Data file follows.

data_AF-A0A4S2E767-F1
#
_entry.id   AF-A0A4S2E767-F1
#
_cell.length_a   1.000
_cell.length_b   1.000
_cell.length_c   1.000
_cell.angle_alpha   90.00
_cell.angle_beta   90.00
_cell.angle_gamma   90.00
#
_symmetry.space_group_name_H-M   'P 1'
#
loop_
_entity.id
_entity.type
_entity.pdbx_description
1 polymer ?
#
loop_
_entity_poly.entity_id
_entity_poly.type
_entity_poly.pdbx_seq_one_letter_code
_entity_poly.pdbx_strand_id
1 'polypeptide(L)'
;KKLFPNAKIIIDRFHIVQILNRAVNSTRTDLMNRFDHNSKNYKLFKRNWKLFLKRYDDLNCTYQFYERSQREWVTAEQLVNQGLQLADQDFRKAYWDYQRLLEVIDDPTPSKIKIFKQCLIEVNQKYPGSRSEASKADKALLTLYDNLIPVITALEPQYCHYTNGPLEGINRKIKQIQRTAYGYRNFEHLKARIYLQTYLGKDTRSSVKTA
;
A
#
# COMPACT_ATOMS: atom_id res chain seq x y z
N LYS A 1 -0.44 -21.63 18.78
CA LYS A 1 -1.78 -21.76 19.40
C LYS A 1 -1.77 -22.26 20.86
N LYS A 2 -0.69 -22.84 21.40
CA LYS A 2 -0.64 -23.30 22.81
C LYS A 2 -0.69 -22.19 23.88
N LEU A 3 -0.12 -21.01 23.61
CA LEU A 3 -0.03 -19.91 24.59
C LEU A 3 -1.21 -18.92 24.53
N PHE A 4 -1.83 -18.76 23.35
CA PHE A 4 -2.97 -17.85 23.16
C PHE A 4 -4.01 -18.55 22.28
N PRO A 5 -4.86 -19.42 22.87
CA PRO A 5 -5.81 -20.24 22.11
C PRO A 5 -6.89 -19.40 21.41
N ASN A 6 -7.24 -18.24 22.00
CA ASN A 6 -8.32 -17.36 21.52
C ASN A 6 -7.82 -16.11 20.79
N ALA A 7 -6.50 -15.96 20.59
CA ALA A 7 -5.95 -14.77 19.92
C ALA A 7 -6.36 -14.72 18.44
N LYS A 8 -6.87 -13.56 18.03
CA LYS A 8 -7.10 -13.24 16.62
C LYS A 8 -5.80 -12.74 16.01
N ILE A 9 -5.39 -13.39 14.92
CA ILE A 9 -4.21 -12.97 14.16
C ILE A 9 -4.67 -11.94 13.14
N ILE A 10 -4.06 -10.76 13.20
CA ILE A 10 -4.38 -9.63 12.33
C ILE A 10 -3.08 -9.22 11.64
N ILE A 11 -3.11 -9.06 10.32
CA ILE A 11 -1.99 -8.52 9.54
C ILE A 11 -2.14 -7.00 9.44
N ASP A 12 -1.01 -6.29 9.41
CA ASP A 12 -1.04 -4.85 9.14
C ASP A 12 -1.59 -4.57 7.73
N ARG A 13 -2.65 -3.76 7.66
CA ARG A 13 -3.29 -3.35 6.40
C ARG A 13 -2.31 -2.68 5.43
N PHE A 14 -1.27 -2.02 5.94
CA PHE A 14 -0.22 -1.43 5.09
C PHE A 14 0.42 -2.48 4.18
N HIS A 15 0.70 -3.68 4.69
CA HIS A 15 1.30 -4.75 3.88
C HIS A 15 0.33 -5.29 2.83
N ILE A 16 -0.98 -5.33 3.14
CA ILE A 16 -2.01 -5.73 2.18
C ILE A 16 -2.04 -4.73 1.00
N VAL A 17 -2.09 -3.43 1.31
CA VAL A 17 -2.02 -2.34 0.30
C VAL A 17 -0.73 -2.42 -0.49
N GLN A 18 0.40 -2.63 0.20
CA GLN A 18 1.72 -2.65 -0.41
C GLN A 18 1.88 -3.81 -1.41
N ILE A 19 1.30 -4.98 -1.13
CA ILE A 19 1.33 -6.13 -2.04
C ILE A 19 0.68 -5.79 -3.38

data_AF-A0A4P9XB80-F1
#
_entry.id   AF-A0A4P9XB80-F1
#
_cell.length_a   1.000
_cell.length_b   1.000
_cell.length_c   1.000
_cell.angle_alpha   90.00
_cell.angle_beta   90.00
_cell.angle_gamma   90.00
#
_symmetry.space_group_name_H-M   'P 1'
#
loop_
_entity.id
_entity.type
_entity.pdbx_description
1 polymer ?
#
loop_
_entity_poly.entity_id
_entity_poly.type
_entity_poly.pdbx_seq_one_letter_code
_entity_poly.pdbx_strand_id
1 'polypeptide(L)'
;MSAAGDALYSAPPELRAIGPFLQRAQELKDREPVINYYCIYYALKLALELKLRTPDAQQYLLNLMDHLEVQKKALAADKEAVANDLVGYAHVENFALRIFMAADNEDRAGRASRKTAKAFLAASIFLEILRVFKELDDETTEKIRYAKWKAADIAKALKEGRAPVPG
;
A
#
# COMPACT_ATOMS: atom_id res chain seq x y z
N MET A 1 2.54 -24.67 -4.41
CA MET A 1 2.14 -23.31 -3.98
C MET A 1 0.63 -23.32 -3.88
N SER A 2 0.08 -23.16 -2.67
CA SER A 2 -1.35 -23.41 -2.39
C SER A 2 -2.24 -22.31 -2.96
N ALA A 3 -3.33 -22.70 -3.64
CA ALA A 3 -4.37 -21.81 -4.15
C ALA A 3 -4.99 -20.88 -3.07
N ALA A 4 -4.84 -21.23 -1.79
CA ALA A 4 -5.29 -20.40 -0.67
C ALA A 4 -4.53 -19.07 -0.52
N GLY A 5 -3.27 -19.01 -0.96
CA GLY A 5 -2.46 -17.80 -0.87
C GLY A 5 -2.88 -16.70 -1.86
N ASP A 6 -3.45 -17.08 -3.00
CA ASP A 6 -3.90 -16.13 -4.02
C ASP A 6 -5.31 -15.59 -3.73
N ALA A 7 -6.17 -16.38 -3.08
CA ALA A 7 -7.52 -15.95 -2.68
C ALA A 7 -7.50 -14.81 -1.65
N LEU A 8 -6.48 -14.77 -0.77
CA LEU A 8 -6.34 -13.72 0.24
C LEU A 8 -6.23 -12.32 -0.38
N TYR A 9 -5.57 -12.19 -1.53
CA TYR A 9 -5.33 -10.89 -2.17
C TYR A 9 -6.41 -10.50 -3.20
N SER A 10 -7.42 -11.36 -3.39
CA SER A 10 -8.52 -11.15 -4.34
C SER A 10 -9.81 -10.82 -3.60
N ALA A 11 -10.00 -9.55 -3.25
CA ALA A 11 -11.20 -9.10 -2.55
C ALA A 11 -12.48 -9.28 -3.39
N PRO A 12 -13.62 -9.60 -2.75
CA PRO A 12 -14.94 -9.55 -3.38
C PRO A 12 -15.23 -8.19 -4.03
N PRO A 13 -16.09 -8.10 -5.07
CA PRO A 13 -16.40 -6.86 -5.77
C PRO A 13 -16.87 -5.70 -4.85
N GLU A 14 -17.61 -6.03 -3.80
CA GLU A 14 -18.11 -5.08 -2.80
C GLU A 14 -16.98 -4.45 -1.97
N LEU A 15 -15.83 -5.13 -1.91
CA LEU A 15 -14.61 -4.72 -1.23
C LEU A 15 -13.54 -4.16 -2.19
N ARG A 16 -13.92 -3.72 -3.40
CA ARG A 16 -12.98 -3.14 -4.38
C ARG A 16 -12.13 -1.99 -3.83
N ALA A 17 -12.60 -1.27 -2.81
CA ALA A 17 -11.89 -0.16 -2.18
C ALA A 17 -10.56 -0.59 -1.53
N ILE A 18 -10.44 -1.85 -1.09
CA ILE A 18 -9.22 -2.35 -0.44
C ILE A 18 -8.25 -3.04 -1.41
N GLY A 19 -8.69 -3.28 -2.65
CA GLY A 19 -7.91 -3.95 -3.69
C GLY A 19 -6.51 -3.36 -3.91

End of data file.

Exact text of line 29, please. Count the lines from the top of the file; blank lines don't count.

#